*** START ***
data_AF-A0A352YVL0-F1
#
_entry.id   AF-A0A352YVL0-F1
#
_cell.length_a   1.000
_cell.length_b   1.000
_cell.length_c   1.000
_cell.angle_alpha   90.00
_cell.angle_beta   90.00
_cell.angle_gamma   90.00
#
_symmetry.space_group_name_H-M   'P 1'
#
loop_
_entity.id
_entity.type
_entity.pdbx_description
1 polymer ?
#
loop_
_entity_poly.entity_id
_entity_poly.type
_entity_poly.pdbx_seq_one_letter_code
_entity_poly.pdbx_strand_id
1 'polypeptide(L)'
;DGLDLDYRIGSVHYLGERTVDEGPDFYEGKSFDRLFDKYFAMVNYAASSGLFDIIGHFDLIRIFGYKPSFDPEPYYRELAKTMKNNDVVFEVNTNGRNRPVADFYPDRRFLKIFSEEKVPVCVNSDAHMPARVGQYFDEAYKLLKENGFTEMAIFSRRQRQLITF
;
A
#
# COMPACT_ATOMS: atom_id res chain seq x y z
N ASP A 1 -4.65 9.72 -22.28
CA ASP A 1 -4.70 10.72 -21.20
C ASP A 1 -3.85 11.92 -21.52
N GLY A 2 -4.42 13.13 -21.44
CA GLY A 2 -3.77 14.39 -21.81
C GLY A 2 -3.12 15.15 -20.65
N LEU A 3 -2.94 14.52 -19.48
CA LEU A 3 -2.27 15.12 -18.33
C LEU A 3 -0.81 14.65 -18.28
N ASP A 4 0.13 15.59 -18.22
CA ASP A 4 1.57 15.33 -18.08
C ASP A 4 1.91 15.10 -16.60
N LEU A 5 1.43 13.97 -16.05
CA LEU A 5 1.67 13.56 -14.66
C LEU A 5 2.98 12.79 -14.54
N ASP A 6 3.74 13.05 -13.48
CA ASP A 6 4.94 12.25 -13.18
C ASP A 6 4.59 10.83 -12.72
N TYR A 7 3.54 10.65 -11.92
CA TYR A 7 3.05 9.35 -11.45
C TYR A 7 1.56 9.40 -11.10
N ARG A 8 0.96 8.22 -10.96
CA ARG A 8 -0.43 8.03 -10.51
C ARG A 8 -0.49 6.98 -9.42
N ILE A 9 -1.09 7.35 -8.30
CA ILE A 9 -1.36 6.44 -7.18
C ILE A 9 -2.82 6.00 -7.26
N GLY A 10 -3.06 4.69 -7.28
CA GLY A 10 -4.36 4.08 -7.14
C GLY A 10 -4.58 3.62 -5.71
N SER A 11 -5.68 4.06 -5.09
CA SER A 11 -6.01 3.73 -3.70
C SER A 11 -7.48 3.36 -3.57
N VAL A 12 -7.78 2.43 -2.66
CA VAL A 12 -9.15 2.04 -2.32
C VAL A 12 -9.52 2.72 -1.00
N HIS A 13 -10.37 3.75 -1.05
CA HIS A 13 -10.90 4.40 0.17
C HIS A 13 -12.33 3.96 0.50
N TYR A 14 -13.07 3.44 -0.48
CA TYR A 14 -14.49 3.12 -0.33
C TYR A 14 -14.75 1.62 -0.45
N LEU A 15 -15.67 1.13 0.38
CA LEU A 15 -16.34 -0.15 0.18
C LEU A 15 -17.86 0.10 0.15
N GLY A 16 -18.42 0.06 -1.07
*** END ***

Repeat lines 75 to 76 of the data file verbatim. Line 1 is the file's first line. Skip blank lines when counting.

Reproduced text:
C LEU A 15 -17.86 0.10 0.15
N GLY A 16 -18.42 0.06 -1.07